As a Christian leader, I have had to offer a lot of parenting advice. One of the most critical pieces of advice I give to parents is to keep the gospel central in their parenting. Paul tells us that “the gospel is the power of God for salvation to everyone who believes,” as Romans 1:16 states it.
As a parent, I am to help my kids understand the gospel in all of its implications. Teaching kids the gospel every day, in a multiplicity of ways, is an intricate part of seeing this happen. The Apostle Peter said it best, “since you have been born again, not of perishable seed but of imperishable, through the living and abiding word of God” (I Peter 1:23).
Since the day Faith was born, I have sought to explain the gospel to her in many ways. While the explanations have been varied, the message remains the same. The gospel, simply put, is the amazing salvation message that God seeks to reconcile sinful man to a holy God through faith alone in Jesus Christ.
Since God’s essential goal is to reconcile sinful man to himself, I should align my parenting to reach that goal because I want Faith to come to Christ and accept him as savior and Lord.
Popular blogger Tim Challies offers some sage advice when he says, “Parents convinced that God’s power is latent in the gospel center their families around the gospel. They are convinced that it provokes new birth, that it will knit their children’s hearts to God, and motivate godly behavior.“
One of the temptations in Christian parenting, in contrast to the gospel, is to focus solely on having the child exhibit good behavior. Moral self-improvement, however, is the antithesis to the gospel.
Albert Mohler, president of Southern Baptist Theological Seminary, captured the parental trap of moralism quite well when he said, “Parents who raise their children with nothing more than Christian values should not be surprised when their children abandon those values.
“If the child or young person does not have a firm commitment to Christ and to the truth of the Christian faith, values will have no binding authority, and we should not expect that they would. Most of our neighbors have some commitment to Christian values, but what they desperately need is salvation from their sins. This does not come by Christian values, no matter how fervently held. Salvation comes only by the gospel of Jesus Christ.”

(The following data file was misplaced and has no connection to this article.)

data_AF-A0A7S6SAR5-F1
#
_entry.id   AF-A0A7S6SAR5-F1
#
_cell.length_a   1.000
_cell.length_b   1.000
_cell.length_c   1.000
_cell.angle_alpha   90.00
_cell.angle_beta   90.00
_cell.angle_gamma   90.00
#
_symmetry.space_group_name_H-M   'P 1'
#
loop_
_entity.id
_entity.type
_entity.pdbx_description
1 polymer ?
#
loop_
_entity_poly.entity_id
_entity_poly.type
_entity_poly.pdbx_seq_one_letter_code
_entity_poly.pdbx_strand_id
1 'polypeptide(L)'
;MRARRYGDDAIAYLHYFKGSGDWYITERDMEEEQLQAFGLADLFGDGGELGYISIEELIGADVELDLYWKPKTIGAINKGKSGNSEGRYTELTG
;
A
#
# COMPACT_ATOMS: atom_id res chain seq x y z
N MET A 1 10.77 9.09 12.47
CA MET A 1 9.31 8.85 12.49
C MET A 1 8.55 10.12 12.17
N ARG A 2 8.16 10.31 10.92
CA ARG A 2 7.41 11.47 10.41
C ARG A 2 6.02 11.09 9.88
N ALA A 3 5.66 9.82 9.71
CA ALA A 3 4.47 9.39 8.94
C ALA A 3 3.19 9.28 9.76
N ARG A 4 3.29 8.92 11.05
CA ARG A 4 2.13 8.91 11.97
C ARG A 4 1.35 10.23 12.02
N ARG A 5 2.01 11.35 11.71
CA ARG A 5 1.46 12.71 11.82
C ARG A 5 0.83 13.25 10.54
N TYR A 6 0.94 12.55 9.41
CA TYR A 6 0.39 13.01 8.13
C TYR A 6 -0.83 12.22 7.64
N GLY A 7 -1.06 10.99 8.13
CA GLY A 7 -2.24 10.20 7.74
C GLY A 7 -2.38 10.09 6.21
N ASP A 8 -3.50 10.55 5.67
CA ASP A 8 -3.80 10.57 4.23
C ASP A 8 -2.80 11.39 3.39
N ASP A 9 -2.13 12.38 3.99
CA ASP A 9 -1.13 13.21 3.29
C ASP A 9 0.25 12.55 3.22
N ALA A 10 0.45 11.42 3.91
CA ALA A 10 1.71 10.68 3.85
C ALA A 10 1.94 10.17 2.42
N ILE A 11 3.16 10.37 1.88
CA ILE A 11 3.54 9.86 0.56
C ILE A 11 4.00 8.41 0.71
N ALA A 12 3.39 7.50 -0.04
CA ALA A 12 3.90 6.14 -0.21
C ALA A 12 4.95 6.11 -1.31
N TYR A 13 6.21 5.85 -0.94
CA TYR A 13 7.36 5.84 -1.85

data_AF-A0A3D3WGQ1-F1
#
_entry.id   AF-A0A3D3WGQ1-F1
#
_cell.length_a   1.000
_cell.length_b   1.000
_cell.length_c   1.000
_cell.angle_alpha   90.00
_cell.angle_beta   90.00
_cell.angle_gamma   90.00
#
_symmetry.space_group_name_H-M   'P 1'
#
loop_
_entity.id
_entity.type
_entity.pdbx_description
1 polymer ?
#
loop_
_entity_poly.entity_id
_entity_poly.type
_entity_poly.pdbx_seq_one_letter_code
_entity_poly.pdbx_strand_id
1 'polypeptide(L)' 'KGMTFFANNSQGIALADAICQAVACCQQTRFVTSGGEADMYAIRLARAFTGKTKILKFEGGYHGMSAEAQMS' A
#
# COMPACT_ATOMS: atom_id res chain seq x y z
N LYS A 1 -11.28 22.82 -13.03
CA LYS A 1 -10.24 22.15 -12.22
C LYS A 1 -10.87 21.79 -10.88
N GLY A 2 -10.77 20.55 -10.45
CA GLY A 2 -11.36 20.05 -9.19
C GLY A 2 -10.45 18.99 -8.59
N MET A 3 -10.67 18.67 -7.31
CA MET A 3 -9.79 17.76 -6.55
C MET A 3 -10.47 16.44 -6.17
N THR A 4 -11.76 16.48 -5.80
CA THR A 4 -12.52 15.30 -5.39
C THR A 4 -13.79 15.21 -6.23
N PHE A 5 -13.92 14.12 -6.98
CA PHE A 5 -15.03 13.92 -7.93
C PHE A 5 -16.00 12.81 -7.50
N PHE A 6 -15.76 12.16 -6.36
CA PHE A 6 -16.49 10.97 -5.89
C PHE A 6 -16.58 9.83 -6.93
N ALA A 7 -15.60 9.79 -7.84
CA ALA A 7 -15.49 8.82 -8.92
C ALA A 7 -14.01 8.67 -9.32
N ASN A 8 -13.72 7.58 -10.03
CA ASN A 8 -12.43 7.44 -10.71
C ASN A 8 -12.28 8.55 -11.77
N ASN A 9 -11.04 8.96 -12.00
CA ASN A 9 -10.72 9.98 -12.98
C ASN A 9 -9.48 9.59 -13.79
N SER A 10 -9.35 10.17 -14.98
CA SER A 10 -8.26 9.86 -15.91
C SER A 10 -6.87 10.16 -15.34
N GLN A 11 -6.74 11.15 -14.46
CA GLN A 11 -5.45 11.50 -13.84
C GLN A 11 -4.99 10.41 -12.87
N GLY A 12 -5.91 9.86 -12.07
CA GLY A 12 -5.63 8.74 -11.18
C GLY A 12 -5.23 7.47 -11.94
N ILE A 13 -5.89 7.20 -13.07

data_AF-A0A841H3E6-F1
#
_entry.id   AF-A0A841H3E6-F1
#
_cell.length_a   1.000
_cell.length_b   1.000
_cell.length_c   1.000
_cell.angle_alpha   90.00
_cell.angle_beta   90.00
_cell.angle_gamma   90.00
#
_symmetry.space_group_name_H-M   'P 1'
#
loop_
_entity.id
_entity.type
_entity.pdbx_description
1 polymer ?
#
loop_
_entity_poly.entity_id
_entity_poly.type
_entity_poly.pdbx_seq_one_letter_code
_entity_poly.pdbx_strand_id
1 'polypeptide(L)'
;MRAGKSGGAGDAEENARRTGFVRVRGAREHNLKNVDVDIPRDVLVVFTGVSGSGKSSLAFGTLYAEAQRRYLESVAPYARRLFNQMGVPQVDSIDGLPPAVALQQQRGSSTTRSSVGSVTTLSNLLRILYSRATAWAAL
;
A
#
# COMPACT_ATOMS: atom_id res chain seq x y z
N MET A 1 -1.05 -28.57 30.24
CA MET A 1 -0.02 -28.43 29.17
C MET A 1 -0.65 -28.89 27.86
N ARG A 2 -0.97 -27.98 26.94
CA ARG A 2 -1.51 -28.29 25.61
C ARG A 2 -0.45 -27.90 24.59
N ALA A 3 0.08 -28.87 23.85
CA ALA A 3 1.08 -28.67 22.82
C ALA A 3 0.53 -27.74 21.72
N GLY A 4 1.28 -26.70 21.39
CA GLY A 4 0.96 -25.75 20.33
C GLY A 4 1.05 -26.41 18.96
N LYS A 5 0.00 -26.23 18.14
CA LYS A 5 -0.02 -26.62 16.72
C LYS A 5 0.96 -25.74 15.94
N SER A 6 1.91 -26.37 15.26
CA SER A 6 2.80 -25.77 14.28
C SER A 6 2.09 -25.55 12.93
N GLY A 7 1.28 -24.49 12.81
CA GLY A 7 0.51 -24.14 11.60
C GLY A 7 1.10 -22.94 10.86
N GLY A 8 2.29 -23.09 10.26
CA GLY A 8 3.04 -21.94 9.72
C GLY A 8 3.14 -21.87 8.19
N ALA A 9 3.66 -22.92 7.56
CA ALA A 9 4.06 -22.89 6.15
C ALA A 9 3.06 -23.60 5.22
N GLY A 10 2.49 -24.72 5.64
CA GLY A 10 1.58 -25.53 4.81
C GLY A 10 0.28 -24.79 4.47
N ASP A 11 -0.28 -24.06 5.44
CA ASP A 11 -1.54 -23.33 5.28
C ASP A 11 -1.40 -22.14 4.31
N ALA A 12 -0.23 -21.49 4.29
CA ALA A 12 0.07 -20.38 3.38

In my book “We Named Her Faith,” I sum up the moralistic answer to parenting like this: “Moralism does not remedy our fallen nature, however tempting it may seem. Instead, it reduces the gospel to nothing more than moral self-improvement. Seducing people to believe that we earn God’s approval by our good behavior teaches children that they must be good boys and girls to be acceptable.
“The focus of child-rearing for the moralist is to raise their children ‘right,’ whatever that term means. I believe that God has something better to offer parents who want to raise children who have a heart that follows after God.”
That something better is the gospel.
The other day, I was away teaching a class in Louisville, Kentucky, when I received a text from my wife, Monica. She said that something amazing just happened.
As soon as I was able to break away, I called her to hear the good news. She began the conversation by letting me know that earlier that evening Faith got stained so badly, that Monica had to give her a shower. Faith didn’t want to take time for that, because they were about to play together.
But Monica told her that even if she wanted to be with her, she couldn’t; the first step had to be cleaning herself up.
As Faith was trying to understand why, Monica explained that it is similar to what happens with our relationship with God. Even if he wants to be near us as our friend, the stain of our sin is so unbearable to his perfect nature that we have to be willing to be cleaned first. The good news is that God is willing to clean us up when we repent before him with the only thing that is powerful enough to take away all our sins: the blood of Jesus.
This 30-second statement would change Faith’s life for eternity. Once Faith got out of her shower and was wearing clean clothes she said, “Now I’m a new Faith.”
“In the same way, when God cleans up from our sins, we’re made a new creation,” said Monica. Then Faith said, “I want to ask God to clean me from my sins with the blood of Jesus.”
Faith got a very simple understanding of the gospel. But that was enough to urge her to ask God for forgiveness and invite Jesus to come live in her heart.
She actually didn’t want Monica to lead her in prayer but decided to pray herself. Monica was ecstatic that she could articulate a simple but powerful prayer, and while looking at Faith’s tears of joy, Monica recalled the verse from Isaiah 12:3 that she chose for 2019: “With joy you will draw water from the wells of salvation.”
At that moment, two things happened. One, was the Holy Spirit revealed to Faith her sinful state and her need for a savior. After all, no one can understand the Gospel in a meaningful way, unless the Holy Spirit reveals it to us. The other is that God used Monica to share the gospel, for Romans 10:14 says “how can they believe in him of whom they have never heard?”
God is faithful and will continue to bring true joy to those who receive the gospel, as well as to those who share it.
Tim Orr of Columbus is an author and an adjunct faculty member in religious studies at IUPUC, where he has served for more than 10 years. His writing reflects his 20-plus years working with a variety of cultures. His website is TimOrr.net.